"He's an impressive guy. Get in a room and spend two or three hours with Mike -- you come away feeling like this is a special person. The main thing you think about is 'When this guy is standing up in front of your team, is he going to get his message across?' That, more than any one thing, is what convinced us that this was the guy."
As great a leap as many people thought of Tomlin's hiring, it wasn't out of character for the Steelers: Cowher was 35 when he was hired. Hall of Fame coach Chuck Noll, who oversaw four Super Bowl winners, was 37.
Tomlin is one of six black head coaches in the NFL this season and the first in the history of the Steelers, which he appreciates but doesn't dwell on.
"As far as I'm concerned, I'm not breaking ground," Tomlin said. "Some of my best friends in coaching, guys that I look up to, are breaking ground. Tony Dungy, Lovie Smith, Herman Edwards -- those are my uncles in this business. I walk on the ground that they've already paved. I don't have that mentality about what I'm doing or what I do.
"I appreciate the work that's been done by those that have come before me. I understand that what I do could create opportunities for those that come after me, so I understand the responsibility. But truth be known, I don't consider myself a pioneer."
Tomlin is famously blunt. He doesn't hesitate to praise or critcize players in front of the group. The locker-room and meeting-room evaluations, verbal and written, are often referred to as "the news."
If someone thinks they're being singled out or the evals are harsh, Tomlin's standard response is: I don't make the news, I just report it.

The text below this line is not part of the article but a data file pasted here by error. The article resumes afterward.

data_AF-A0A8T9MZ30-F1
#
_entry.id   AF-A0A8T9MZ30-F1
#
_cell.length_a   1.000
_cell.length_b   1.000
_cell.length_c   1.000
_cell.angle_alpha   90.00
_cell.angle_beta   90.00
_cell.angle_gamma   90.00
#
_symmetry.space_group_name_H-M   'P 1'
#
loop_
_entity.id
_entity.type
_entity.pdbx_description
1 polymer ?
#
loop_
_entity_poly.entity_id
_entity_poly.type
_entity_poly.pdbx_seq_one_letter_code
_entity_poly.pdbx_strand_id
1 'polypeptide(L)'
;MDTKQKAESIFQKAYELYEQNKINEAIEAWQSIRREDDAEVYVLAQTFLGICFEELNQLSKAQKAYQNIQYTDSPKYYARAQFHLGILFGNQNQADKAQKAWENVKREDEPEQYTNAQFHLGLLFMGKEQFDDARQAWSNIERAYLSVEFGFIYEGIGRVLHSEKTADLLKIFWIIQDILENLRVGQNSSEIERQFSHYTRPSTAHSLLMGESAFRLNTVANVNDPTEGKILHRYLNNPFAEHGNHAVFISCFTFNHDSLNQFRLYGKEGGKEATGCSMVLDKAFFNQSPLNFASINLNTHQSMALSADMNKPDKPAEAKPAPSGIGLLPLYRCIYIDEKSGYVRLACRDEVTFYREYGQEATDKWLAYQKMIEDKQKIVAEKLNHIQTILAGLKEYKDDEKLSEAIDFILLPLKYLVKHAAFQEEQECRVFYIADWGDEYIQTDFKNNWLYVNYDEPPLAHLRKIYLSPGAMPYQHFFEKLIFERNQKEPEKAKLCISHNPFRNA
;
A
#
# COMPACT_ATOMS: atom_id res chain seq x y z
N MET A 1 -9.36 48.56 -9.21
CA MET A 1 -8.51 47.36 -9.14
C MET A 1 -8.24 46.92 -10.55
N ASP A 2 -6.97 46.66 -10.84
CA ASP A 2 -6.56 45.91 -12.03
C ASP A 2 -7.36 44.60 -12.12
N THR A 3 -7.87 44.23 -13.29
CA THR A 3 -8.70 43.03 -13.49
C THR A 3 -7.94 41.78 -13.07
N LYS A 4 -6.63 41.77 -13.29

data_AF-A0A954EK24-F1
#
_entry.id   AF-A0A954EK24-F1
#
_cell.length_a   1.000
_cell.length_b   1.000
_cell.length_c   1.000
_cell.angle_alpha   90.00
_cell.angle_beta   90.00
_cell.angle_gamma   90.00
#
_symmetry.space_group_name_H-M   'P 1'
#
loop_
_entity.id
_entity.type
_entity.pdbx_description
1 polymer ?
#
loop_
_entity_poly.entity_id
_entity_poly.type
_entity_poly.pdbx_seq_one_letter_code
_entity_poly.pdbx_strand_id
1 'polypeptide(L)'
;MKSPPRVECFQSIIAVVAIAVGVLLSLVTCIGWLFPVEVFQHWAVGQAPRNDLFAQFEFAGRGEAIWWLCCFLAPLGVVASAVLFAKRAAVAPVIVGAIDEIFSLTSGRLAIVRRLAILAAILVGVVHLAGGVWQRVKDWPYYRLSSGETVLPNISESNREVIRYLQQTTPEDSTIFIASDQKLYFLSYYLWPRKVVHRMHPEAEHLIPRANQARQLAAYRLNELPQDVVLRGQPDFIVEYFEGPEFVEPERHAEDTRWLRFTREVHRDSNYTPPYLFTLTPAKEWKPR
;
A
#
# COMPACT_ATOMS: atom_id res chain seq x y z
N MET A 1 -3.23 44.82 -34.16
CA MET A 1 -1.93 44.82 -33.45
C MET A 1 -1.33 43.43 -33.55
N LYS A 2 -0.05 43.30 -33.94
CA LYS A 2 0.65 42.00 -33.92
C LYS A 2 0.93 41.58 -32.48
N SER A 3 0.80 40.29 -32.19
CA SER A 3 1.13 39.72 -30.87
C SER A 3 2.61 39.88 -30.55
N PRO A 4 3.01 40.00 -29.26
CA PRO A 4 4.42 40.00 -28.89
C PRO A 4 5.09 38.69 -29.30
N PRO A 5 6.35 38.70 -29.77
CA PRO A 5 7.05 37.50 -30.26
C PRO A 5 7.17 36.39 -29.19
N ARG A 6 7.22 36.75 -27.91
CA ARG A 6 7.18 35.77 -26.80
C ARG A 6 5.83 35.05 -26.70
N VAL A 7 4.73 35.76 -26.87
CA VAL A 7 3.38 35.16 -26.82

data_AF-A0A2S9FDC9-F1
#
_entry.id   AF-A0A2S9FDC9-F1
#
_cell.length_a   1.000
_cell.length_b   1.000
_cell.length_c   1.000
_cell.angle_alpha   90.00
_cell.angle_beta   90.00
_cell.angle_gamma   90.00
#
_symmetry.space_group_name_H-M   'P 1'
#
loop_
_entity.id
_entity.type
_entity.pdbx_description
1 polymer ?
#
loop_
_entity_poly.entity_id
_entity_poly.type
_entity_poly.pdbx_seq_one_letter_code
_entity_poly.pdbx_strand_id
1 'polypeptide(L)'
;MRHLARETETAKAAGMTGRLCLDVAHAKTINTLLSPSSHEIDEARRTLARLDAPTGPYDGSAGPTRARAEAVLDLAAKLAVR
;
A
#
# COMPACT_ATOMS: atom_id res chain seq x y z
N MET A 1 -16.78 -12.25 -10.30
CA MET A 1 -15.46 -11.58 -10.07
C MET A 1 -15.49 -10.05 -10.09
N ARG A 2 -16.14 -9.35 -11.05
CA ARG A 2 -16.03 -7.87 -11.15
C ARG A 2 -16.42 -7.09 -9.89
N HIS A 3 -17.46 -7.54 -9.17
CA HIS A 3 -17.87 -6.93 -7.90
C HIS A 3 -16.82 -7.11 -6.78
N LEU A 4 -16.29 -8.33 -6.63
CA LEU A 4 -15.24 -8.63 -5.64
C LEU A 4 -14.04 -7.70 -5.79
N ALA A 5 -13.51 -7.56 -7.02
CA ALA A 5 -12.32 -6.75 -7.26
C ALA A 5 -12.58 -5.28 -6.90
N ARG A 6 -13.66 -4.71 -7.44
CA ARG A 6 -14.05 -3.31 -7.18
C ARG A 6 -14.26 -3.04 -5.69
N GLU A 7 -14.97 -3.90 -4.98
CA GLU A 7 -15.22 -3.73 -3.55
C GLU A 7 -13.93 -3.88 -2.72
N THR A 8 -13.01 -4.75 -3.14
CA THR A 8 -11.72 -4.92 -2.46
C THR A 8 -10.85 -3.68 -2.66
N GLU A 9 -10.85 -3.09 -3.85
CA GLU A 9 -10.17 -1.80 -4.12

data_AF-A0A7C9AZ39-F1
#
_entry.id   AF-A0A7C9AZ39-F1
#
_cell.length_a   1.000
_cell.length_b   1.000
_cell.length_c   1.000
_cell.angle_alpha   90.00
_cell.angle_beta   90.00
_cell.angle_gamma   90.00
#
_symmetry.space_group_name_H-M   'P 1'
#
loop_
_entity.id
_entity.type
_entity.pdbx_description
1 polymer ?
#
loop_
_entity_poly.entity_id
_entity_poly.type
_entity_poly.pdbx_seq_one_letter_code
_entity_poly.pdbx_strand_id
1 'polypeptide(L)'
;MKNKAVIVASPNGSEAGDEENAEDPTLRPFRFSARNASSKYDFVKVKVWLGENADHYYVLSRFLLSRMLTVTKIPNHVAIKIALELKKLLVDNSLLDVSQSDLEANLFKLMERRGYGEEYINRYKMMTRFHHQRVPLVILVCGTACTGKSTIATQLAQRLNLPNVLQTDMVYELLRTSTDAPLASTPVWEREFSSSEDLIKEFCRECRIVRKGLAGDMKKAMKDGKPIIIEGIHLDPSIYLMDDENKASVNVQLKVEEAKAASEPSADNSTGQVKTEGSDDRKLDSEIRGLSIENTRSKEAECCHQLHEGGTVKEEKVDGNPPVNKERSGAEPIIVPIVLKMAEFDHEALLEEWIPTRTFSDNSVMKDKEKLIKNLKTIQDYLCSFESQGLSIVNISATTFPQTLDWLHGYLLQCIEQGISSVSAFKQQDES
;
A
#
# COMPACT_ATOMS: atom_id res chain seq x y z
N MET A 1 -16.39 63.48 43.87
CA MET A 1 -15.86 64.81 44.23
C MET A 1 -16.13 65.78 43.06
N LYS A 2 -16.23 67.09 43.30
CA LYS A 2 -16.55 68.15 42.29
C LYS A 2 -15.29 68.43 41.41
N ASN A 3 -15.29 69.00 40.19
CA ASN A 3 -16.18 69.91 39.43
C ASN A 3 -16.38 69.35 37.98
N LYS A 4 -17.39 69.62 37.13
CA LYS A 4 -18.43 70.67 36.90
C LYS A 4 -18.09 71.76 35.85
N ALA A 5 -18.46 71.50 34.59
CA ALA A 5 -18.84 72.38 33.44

"He's a straight-shooter," Steelers wide receiver and team leader Hines Ward said. "He's not going to sugarcoat things or make excuses. He's a stand-up guy who wants stand-up answers. That's all you can ask for as a player."
Players appreciate that Tomlin is as hard on himself as he is on them.
"That's the good part," safety Ryan Clark said. "It goes both ways. He's not just 'I'm the king on the throne, and this is what you do, and I'm handing down judgment.' It's 'We're all in this together. If I make a mistake, I'll tell you about that, too, and we want to get it corrected.' So it's not as bad as everybody makes it seem. He's not some dictator. He's not Fidel Castro."
THE MAN, THE JOB
Now comes the interesting part: Tomlin must temper some of the qualities that made him stand out -- that got him selected at 34 to coach one of the NFL's signature franchises -- for the greater good of team and organization.
Ego doesn't appear to be a problem. Consider that Tomlin retained six Steelers assistant coaches, including legendary defensive coordinator Dick LeBeau. LeBeau turns 70 today, and his forte is the 3-4 scheme and zone-fire blitzes. Tomlin's own background is rooted in four-man defensive fronts and the pass-coverage schemes that he learned and polished from Dungy and Kiffin.
Tomlin's response: Why wouldn't I take advantage of someone like Dick LeBeau, who can teach me as much about defense as anybody?
"To be where he (Tomlin) is at his age," LeBeau said, "to accomplish what he's accomplished in a limited amount of years -- that smacks of a pretty special individual. His coaching philosophy evolved as he decided that this is what he wanted to do with his life, and what he's doing here is implementing it."